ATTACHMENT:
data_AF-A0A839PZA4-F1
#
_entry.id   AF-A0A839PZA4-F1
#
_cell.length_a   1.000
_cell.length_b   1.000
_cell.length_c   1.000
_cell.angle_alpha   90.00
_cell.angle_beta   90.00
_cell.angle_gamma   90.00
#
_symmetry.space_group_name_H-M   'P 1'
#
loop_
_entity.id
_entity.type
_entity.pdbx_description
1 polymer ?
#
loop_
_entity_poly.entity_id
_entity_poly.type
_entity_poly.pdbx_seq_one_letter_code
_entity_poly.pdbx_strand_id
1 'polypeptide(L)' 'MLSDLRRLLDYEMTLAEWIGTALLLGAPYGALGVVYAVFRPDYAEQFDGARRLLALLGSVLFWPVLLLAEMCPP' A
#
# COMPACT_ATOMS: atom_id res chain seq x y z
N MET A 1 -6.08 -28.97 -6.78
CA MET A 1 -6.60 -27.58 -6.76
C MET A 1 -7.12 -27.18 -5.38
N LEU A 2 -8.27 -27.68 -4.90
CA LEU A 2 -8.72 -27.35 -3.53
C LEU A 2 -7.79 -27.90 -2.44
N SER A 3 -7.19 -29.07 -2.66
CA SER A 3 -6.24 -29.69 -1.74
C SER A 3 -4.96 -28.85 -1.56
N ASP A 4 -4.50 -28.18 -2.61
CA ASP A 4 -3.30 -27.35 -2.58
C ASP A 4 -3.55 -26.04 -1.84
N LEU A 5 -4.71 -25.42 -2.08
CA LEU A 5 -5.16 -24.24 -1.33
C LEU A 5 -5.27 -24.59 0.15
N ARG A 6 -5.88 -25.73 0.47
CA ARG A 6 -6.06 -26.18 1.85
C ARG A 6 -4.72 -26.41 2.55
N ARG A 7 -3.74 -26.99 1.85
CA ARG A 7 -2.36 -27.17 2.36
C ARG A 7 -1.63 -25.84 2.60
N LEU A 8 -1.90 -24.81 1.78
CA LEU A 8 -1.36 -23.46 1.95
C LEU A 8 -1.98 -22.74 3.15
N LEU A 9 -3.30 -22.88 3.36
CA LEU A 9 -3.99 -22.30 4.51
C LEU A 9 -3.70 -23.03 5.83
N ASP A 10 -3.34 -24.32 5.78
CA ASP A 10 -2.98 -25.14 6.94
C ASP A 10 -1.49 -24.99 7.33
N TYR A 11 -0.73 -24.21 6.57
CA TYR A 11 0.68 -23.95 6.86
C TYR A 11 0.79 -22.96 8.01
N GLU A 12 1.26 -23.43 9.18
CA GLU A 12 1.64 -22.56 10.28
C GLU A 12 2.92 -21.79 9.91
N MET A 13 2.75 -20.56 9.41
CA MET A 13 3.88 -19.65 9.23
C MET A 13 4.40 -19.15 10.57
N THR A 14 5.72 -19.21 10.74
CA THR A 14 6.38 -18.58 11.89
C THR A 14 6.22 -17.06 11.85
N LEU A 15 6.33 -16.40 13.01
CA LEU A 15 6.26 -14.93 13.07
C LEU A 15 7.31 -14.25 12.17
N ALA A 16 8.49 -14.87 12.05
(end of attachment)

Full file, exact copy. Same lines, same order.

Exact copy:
data_AF-A0A839PZA4-F1
#
_entry.id   AF-A0A839PZA4-F1
#
_cell.length_a   1.000
_cell.length_b   1.000
_cell.length_c   1.000
_cell.angle_alpha   90.00
_cell.angle_beta   90.00
_cell.angle_gamma   90.00
#
_symmetry.space_group_name_H-M   'P 1'
#
loop_
_entity.id
_entity.type
_entity.pdbx_description
1 polymer ?
#
loop_
_entity_poly.entity_id
_entity_poly.type
_entity_poly.pdbx_seq_one_letter_code
_entity_poly.pdbx_strand_id
1 'polypeptide(L)' 'MLSDLRRLLDYEMTLAEWIGTALLLGAPYGALGVVYAVFRPDYAEQFDGARRLLALLGSVLFWPVLLLAEMCPP' A
#
# COMPACT_ATOMS: atom_id res chain seq x y z
N MET A 1 -6.08 -28.97 -6.78
CA MET A 1 -6.60 -27.58 -6.76
C MET A 1 -7.12 -27.18 -5.38
N LEU A 2 -8.27 -27.68 -4.90
CA LEU A 2 -8.72 -27.35 -3.53
C LEU A 2 -7.79 -27.90 -2.44
N SER A 3 -7.19 -29.07 -2.66
CA SER A 3 -6.24 -29.69 -1.74
C SER A 3 -4.96 -28.85 -1.56
N ASP A 4 -4.50 -28.18 -2.61
CA ASP A 4 -3.30 -27.35 -2.58
C ASP A 4 -3.55 -26.04 -1.84
N LEU A 5 -4.71 -25.42 -2.08
CA LEU A 5 -5.16 -24.24 -1.33
C LEU A 5 -5.27 -24.59 0.15
N ARG A 6 -5.88 -25.73 0.47
CA ARG A 6 -6.06 -26.18 1.85
C ARG A 6 -4.72 -26.41 2.55
N ARG A 7 -3.74 -26.99 1.85
CA ARG A 7 -2.36 -27.17 2.36
C ARG A 7 -1.63 -25.84 2.60
N LEU A 8 -1.90 -24.81 1.78
CA LEU A 8 -1.36 -23.46 1.95
C LEU A 8 -1.98 -22.74 3.15
N LEU A 9 -3.30 -22.88 3.36
CA LEU A 9 -3.99 -22.30 4.51
C LEU A 9 -3.70 -23.03 5.83
N ASP A 10 -3.34 -24.32 5.78
CA ASP A 10 -2.98 -25.14 6.94
C ASP A 10 -1.49 -24.99 7.33
N TYR A 11 -0.73 -24.21 6.57
CA TYR A 11 0.68 -23.95 6.86
C TYR A 11 0.79 -22.96 8.01
N GLU A 12 1.26 -23.43 9.18
CA GLU A 12 1.64 -22.56 10.28
C GLU A 12 2.92 -21.79 9.91
N MET A 13 2.75 -20.56 9.41
CA MET A 13 3.88 -19.65 9.23
C MET A 13 4.40 -19.15 10.57
N THR A 14 5.72 -19.21 10.74
CA THR A 14 6.38 -18.58 11.89
C THR A 14 6.22 -17.06 11.85
N LEU A 15 6.33 -16.40 13.01
CA LEU A 15 6.26 -14.93 13.07
C LEU A 15 7.31 -14.25 12.17
N ALA A 16 8.49 -14.87 12.05